Oh, stop already. As we waited in front of the stage with Magner and crew out working with the sound and equipment, I tried to count how many memories I made with the Biscuits and figured it was in the 20s. I only made it back East once, for the New Years run in 2000-01, and due to a blizzard and the flu for my crew, determined Id stick closer to home. Part of the reason, too, was that following the Biscuits was always a multi-faceted formulaby day, drive around the great American west, seeing the natural wonders, evenings with the Biscuits, and then usually camping somewhere. Bisco and Nature, what better? I didnt have the connections or knowledge of the East Coast to figure out how to pull that off there and then life interceded before I could even try.
Anyway, all that changed when I met the woman who is now my wife and mother of my crazy-fun 4-year-old son, Oliver, in early 2002. I think I knew my times chasing the Bisco dragon around were limited, so I really did make the most of that fall 2002 run. And when it was over, who knew when Id next see the boys?
So lets get back to the present. To be perfectly honest, when I moved to Japan in the summer of 2004, there were about three years where I didnt really follow the BiscuitsI was too busy immersed in my new adventures. I knew when the time was right, theyd be back in my life.
And so here they were. But look at how theyve changed! Well, not so much them, they looked much the same, if not a bit older.
Well okay, there were some changes. First, stage equipment (welcome to the modern eracomputers and other gadgets!). Second, the setlist: Of the 18 songs they played in that three-hour marathon, only 6 of them were tunes Id seen performed before. This didnt bother me in the slightest; these new tunes are really Bisco classics to my ear. Third, was the Barber actually jumping around? Now, memorys a tricky thing and Ive done more than my fair share of damage, but I dont recall the otherworldly guitarist bouncing like Tigger before. Brownie, of course, but Barber? Fourth, the banter, where was it? Only later did I realize that due to the language barrier the boys were keeping the banter to a minimum (though, Brownie did give us a treat in the middle of 42 after the lyric about remembering his dreamI wonder, what was that fucked-up dream at the hotel?) And last, did I mention the drummer?
Now let me be straight. I loved Sammy [Altman]. I mean, I really loved Sammy. To me, he was the John Bonham of the jamband scenea man who played with power and technique and then after the show, was friendly as an Ewok. Okay bad simile; sue me. Lets just say the few times I had the pleasure of conversing with the Professor, he was always a really soft-spoken, nice guy.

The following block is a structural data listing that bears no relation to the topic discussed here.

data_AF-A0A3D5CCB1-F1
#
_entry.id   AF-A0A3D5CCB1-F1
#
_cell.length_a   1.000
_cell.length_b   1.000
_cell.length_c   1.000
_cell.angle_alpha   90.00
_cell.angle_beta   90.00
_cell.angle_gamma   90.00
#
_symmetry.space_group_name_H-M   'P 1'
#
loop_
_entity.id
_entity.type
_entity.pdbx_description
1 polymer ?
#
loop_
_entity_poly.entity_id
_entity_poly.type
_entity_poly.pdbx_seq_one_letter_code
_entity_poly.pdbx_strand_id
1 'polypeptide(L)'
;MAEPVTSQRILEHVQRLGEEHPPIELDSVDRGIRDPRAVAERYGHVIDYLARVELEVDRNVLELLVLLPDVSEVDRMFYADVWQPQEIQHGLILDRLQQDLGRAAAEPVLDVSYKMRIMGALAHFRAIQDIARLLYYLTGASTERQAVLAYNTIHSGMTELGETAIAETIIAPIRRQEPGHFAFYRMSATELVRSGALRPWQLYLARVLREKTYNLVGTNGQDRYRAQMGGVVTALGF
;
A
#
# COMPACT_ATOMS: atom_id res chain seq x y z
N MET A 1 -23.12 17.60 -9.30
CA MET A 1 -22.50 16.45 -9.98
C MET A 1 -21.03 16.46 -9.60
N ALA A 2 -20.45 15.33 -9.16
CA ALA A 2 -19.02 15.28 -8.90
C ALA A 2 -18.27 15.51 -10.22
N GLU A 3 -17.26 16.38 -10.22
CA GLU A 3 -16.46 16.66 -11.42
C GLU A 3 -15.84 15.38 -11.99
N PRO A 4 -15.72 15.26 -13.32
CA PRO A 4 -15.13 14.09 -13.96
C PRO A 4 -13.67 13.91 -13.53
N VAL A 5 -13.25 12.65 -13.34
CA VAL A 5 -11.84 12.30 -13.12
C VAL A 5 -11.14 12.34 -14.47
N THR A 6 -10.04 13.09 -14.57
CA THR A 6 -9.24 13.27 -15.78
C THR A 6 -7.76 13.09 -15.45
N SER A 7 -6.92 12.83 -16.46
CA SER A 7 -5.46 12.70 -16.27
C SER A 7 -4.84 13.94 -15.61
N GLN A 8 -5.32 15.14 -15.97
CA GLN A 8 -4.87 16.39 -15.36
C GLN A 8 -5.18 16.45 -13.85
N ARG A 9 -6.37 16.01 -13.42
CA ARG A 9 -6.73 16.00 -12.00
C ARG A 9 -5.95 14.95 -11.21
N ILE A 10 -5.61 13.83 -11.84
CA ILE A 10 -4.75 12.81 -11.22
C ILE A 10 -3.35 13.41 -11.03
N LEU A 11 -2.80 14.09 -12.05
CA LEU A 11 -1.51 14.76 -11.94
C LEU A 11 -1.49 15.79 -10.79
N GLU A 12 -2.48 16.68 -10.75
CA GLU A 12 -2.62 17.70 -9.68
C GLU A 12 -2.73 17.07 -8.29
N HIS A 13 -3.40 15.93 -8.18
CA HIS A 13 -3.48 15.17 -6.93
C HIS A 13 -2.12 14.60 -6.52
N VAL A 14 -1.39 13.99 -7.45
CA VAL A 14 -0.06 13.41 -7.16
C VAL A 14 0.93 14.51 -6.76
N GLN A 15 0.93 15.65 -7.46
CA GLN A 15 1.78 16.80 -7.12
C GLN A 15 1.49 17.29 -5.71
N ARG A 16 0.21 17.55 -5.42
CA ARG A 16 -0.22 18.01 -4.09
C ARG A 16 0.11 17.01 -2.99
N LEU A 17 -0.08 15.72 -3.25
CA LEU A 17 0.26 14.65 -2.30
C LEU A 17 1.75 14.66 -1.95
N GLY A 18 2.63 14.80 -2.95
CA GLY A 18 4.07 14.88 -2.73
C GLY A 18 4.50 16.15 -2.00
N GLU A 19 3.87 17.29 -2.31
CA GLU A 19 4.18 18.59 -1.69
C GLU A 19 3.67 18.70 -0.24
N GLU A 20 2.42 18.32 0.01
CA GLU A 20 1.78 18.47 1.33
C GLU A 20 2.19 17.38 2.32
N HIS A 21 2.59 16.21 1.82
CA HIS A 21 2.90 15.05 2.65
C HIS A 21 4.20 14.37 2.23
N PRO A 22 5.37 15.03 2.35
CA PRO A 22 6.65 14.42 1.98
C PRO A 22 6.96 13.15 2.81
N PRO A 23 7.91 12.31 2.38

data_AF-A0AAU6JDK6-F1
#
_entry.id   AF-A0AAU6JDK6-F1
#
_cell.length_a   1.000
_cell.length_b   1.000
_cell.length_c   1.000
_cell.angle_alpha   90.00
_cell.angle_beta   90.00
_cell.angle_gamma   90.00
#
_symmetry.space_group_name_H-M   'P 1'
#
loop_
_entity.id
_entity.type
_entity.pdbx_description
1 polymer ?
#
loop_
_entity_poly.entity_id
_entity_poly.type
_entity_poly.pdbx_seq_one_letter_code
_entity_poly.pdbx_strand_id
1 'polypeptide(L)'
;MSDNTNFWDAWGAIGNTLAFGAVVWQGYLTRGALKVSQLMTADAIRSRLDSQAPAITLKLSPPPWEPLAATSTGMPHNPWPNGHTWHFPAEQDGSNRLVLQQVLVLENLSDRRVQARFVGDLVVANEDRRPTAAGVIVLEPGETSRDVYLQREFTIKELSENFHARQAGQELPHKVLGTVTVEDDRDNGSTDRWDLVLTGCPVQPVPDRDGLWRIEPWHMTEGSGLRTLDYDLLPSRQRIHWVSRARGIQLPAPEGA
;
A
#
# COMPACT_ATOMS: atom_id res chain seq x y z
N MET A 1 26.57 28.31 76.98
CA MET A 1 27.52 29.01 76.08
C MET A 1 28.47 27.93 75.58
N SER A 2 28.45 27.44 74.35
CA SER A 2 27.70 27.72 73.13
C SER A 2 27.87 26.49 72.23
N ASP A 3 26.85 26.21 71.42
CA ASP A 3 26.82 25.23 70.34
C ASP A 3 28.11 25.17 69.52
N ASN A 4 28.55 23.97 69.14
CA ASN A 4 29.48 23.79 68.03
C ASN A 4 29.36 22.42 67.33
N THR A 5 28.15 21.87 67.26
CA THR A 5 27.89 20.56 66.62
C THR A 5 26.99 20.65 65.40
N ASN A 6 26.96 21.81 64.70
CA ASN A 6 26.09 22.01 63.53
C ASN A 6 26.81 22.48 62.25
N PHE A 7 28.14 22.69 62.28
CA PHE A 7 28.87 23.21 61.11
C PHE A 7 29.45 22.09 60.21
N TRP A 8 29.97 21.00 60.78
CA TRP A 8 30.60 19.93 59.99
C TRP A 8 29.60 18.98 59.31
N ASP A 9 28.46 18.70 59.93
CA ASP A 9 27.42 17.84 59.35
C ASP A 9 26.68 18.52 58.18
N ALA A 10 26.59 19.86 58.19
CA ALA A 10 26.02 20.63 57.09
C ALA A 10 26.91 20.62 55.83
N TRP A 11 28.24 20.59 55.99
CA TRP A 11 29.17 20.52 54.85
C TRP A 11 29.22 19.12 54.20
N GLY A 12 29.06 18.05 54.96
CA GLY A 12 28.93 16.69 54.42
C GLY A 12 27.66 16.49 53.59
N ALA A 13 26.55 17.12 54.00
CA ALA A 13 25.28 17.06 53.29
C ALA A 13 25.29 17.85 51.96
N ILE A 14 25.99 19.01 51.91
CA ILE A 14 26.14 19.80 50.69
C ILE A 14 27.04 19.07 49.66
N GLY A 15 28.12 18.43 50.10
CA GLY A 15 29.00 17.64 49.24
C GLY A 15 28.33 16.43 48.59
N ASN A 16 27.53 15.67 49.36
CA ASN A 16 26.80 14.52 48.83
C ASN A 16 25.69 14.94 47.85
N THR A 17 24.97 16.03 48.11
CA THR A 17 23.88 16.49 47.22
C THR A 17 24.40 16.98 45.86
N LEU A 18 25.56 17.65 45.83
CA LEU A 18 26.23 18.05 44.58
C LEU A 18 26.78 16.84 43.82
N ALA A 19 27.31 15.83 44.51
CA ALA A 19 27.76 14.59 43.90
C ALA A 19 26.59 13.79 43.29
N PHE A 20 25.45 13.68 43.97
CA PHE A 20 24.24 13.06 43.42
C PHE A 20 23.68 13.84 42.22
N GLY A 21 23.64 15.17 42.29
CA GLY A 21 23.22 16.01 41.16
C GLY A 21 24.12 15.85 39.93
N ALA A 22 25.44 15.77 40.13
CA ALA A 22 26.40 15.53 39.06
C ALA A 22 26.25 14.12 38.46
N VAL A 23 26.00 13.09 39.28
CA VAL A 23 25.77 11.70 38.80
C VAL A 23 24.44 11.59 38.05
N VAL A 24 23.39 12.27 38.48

So if the Biscuits had anything to prove to me, it was this new kid Allen Aucoin. Okay, he didnt have to do much convincing. Id heard enough shows in the past few years to know he was also good. But would his rhythms get my boogie-shoes grooving, or not?
Consider me and my tired legs convinced. I came away from that show with a lot of impressed impressionsbut perhaps most of all was my respect for Allen Aucoin. How can a human being keep at it like that for three hours?
Ive hardly even mentioned the crowd, but lets just describe it as a blissed-out, boogie crew, mostly Japanese and a few gaijin, and it didnt take too long for it to start to get its groove on. It wasnt as communal or circular as some of the dancing Ive experienced at West Coast shows, but people were getting into it and there were plenty of freaks in costumes (favorite: a kid with USA red-white-and-blue glasses and a hat that read I love Bisco!). And the love was being shared; of course there was lots of smiling and high fives and such, but there were also occasional shots of tequila.
I cant say I slept real well that nightbut this fits well into the theme of the more things change, the more they stay the same. For even though I was sleeping on the side of a hill in Japan with a friend from New Zealand instead of in a van on a beach in California with a Seattleite, my mind was back into that zone it often entered post-Biscooverwhelmingly satisfied, introspective and most of all, grateful.
Grateful to bands like the Biscuits, not only for coming halfway across the world to play just one killer show, but for sticking at it, sticking together and creating their form of joyful celebration night after night and sharing it with the rest of us. Ive still got no idea how I found myself herehow I found this band back in early 1999, how I found myself sitting in this apartment in central Japan 10 years later with a family, how anyone of it worksbut here I am, and I can say unequivocally my life is a lot better for having found myself in this predicament.